Comprehensive series of articles on themes too broad or complex to be addressed in a single post.

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Timeline for May 2015Japan Timeline

The volcano Shindake erupts on the southern island of Kuchinoerabujima, a plan to reform local government in Osaka is defeated, and debate over new security legislation begins in the Diet. These are the top Japanese stories for May 2015.
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Centenarians in Japan: 50,000-Plus and GrowingJapan Data

Sales of adult diapers in Japan outsold those for infants in 2014, speaking volumes about the country’s plummeting birthrate and the rapid aging of society. A shrinking population and rising social security costs are also weighing heavily on the nation’s finances. These demographic challenges are beginning to encroach on emerging economies as well. What lessons will they learn from Japan’s experience?
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“Kyōtei” (Boat Race)Japan Glances

The distinctive form of hydroplane racing called kyōtei is one of just a few types of gambling allowed under Japanese law. Proceeds from races are used to fund local municipalities and support the activities of nongovernmental organizations.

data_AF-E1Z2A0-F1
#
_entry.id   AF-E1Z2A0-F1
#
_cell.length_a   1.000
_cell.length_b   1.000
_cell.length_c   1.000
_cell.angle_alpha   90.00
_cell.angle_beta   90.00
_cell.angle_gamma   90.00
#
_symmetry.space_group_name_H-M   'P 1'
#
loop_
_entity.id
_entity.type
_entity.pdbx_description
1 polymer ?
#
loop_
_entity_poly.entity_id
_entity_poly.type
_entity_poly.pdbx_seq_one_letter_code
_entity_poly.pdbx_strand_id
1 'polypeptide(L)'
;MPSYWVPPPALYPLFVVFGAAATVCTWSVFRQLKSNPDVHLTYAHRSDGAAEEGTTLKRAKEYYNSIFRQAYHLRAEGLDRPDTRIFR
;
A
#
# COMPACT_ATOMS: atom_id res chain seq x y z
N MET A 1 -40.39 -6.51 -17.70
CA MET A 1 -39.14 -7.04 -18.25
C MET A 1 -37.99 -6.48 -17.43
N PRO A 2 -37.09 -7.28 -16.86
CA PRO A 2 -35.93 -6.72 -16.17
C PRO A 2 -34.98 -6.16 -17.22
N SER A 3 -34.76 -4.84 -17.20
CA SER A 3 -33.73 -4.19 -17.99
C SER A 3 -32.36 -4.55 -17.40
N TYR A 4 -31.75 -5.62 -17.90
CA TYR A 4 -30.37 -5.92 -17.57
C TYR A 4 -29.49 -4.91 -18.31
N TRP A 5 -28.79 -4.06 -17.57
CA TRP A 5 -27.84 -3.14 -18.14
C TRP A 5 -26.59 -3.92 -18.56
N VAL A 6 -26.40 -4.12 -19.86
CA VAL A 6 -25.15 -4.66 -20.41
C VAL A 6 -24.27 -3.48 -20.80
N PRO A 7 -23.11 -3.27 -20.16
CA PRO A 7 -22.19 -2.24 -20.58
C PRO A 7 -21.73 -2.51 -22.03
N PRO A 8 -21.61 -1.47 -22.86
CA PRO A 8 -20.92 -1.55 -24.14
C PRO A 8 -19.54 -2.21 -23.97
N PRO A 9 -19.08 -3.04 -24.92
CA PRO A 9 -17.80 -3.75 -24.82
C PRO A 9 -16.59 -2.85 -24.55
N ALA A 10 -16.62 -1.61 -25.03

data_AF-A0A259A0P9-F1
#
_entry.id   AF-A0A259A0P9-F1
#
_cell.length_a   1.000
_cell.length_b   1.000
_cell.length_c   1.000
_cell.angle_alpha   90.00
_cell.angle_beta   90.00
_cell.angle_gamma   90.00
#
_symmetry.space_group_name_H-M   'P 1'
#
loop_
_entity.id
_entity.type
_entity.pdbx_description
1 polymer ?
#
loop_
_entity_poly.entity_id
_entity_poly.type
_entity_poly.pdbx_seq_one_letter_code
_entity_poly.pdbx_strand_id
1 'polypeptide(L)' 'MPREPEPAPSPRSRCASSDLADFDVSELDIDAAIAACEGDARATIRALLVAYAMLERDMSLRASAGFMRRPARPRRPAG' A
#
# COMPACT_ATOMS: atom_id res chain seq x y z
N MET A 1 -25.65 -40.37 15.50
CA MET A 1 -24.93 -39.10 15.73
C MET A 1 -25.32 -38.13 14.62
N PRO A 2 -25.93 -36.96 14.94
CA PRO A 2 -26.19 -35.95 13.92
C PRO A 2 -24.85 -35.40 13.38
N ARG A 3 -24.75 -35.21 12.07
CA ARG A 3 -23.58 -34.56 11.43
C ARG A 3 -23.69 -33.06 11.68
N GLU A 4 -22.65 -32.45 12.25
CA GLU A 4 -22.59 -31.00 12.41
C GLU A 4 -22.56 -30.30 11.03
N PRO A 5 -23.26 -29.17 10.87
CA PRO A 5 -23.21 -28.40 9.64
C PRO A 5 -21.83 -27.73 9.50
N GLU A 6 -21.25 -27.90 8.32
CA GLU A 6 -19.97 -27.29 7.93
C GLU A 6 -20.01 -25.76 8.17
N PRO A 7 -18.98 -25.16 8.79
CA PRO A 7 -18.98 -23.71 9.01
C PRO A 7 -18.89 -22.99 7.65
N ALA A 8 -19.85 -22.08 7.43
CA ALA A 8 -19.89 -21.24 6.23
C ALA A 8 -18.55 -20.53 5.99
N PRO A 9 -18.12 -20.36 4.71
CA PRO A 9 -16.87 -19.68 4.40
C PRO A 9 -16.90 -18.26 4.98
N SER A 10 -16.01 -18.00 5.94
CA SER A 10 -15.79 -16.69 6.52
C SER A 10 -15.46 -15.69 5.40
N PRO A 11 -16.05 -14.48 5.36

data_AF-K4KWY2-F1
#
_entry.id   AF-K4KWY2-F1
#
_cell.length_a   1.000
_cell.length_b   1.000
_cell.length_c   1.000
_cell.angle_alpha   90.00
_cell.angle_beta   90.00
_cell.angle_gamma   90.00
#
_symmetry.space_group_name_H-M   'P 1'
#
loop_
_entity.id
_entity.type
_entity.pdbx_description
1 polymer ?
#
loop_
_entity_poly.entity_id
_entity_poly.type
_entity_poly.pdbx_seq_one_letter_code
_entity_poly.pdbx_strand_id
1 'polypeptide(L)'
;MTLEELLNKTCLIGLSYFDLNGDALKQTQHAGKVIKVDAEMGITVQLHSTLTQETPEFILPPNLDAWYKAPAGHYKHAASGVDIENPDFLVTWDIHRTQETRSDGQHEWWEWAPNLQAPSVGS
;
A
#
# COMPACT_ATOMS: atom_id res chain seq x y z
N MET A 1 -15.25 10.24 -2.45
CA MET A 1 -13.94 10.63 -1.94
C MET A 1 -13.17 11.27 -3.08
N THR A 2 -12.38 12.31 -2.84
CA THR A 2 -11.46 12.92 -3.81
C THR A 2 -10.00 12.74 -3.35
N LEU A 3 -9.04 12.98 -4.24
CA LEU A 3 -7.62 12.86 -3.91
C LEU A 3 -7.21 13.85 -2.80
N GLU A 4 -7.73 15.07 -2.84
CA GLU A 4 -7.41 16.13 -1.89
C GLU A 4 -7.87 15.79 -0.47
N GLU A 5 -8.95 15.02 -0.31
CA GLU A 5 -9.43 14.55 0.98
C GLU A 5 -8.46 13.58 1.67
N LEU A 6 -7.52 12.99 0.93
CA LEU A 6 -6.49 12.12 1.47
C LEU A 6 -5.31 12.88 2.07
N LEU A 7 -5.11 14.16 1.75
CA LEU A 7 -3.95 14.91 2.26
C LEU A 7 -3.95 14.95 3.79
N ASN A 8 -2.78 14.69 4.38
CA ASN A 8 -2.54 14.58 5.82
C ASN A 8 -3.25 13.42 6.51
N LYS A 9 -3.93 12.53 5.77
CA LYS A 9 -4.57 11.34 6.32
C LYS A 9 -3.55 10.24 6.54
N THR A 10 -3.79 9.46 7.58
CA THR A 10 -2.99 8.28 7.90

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Japan’s Closed-Door Refugee PolicyJapan Data

Few nations are as generous as Japan in financing international relief efforts for persons displaced by war, civil strife, and natural disasters. Conversely, few nations are as miserly as Japan in providing physical asylum to refugees. Resolving this incongruity is a central issue for Japan in shaping a viable refugee policy.
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Cheap and Delicious “B Gourmet”Japan Glances

Ramen, curry rice, and other unpretentious meals are described as “B gourmet” in Japan. These cheap eats may not be as sophisticated as the “A-class” dishes served at top restaurants, but aim to be every bit as tasty.
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Japan’s School UniformsJapan Glances

In Japan, most schools have uniforms for their students. The distinctive, traditional outfits were originally inspired by military designs, but since the 1980s, new styles have emerged.
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Boys’ DayJapan Glances

This traditional celebration of sons retains the trappings of its warrior-class roots, with swords, helmets, and other symbols of samurai culture ensuring that children grow up healthy and strong. Also known as tango no sekku, it is one of five seasonal holidays observed since ancient times.
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Japanese GardensJapan Glances

Japan has developed many distinctive styles of garden over the years. Step inside to enjoy a moment of calm.
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Timeline for April 2015Japan Timeline

Prime Minister Abe addresses the US Congress, the imperial couple visits World War II monuments in Palau, and a Japanese maglev train breaks the world speed record. These are the key Japanese news stories of April 2015.